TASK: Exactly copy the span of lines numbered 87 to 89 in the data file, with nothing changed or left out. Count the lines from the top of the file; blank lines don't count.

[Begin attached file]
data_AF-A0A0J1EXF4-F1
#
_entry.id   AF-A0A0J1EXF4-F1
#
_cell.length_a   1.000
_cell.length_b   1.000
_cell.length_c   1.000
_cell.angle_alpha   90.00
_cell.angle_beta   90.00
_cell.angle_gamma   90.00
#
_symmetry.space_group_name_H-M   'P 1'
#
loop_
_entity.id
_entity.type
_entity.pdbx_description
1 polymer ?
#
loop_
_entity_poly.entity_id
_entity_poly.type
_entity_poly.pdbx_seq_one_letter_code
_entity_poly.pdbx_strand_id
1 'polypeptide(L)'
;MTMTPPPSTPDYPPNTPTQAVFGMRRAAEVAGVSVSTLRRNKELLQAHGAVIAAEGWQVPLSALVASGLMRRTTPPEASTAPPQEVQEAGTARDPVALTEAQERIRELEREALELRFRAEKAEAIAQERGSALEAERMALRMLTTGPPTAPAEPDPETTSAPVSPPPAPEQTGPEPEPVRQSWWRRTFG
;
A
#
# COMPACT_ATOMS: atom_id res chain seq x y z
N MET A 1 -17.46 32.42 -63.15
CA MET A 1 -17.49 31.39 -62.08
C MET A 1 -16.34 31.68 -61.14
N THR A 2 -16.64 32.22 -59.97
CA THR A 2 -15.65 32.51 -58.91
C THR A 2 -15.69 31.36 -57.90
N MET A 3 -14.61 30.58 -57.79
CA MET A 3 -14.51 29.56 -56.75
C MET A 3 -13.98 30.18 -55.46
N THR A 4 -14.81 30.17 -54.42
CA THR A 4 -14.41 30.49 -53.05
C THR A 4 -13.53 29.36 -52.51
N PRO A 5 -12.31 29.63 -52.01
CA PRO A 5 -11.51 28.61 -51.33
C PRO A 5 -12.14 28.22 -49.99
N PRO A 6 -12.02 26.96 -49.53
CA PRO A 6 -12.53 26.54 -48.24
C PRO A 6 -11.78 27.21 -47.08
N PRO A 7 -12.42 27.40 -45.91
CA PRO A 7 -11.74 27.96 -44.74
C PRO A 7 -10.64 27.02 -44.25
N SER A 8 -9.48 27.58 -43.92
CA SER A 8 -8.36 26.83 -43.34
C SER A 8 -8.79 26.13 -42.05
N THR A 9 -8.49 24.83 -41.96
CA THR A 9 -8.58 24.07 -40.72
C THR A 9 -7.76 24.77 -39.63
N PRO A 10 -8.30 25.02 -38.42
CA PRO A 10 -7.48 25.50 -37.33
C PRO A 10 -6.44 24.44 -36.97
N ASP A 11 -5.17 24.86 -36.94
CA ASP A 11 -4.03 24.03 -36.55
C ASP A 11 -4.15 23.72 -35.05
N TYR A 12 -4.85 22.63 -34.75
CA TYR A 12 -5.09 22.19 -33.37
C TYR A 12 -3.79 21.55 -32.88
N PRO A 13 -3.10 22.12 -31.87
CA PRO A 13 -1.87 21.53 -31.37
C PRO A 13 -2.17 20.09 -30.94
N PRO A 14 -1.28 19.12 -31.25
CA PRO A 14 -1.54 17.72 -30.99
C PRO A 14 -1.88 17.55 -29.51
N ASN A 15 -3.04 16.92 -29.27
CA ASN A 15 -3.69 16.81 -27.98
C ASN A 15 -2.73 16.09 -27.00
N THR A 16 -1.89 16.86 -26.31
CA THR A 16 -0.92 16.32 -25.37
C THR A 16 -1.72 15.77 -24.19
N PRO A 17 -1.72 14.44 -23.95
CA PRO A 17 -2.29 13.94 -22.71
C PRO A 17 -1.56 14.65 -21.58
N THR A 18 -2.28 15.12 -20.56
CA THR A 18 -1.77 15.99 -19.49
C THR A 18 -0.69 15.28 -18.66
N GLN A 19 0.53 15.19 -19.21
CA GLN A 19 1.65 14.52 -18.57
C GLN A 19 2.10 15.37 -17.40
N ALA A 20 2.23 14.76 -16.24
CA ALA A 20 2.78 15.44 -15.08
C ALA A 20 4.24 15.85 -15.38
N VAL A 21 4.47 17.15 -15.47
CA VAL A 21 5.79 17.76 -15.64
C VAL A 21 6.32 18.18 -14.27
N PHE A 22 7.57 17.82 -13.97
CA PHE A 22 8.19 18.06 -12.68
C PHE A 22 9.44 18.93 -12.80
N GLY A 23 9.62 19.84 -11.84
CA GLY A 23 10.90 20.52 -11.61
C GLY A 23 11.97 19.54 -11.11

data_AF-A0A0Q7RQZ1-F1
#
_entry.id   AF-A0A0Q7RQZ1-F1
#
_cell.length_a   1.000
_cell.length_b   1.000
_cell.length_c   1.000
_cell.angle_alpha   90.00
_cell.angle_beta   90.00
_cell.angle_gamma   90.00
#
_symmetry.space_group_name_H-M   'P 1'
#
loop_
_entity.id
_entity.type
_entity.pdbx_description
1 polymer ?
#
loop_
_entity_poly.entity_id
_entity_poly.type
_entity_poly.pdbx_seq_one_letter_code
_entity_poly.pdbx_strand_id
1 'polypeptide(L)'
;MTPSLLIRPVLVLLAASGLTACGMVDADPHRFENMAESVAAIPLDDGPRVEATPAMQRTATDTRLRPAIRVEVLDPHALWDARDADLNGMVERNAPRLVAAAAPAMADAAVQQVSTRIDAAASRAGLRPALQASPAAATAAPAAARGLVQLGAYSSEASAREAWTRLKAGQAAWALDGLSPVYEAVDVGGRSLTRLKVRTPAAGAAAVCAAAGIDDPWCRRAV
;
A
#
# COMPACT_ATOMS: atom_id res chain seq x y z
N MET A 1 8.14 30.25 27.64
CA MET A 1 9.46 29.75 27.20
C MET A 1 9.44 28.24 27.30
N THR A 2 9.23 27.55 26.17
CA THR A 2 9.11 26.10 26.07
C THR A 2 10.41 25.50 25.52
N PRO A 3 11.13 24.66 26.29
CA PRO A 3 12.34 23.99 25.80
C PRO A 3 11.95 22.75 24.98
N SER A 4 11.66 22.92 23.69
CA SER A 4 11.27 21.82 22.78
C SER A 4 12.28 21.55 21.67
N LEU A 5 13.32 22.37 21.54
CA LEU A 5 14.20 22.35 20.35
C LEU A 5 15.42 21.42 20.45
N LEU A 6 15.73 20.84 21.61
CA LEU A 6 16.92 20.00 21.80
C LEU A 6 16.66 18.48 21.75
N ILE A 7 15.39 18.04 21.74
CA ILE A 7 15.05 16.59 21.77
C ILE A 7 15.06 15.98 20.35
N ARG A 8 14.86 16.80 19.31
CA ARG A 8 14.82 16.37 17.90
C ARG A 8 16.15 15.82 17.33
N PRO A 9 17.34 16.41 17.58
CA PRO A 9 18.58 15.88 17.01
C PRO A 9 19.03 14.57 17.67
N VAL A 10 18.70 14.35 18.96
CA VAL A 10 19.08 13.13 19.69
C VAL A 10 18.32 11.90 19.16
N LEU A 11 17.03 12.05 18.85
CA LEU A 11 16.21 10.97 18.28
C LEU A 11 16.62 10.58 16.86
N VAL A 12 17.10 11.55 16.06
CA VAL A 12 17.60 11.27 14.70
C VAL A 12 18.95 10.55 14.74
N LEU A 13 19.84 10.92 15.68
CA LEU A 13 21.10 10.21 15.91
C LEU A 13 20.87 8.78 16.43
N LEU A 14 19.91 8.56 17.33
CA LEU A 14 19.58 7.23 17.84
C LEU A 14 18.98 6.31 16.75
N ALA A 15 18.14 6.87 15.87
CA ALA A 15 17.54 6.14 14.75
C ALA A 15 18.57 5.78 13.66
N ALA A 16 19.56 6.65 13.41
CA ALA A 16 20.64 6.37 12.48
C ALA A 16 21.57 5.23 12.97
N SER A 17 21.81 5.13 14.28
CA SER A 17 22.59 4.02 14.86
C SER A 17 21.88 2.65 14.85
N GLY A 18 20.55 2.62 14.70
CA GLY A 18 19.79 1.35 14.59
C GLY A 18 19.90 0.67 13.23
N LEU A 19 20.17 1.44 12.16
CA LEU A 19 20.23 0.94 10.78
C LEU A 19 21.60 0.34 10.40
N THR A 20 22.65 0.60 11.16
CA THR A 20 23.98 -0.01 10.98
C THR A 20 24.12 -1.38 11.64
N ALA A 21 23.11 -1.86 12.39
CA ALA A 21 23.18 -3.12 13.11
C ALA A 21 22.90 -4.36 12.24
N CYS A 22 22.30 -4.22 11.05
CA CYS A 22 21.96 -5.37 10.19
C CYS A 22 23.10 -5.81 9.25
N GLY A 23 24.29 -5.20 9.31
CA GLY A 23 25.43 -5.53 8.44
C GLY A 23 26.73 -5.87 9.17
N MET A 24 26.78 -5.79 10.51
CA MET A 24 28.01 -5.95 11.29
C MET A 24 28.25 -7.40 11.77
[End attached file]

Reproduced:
C GLN A 19 2.10 15.37 -17.40
N ALA A 20 2.23 14.76 -16.24
CA ALA A 20 2.78 15.44 -15.08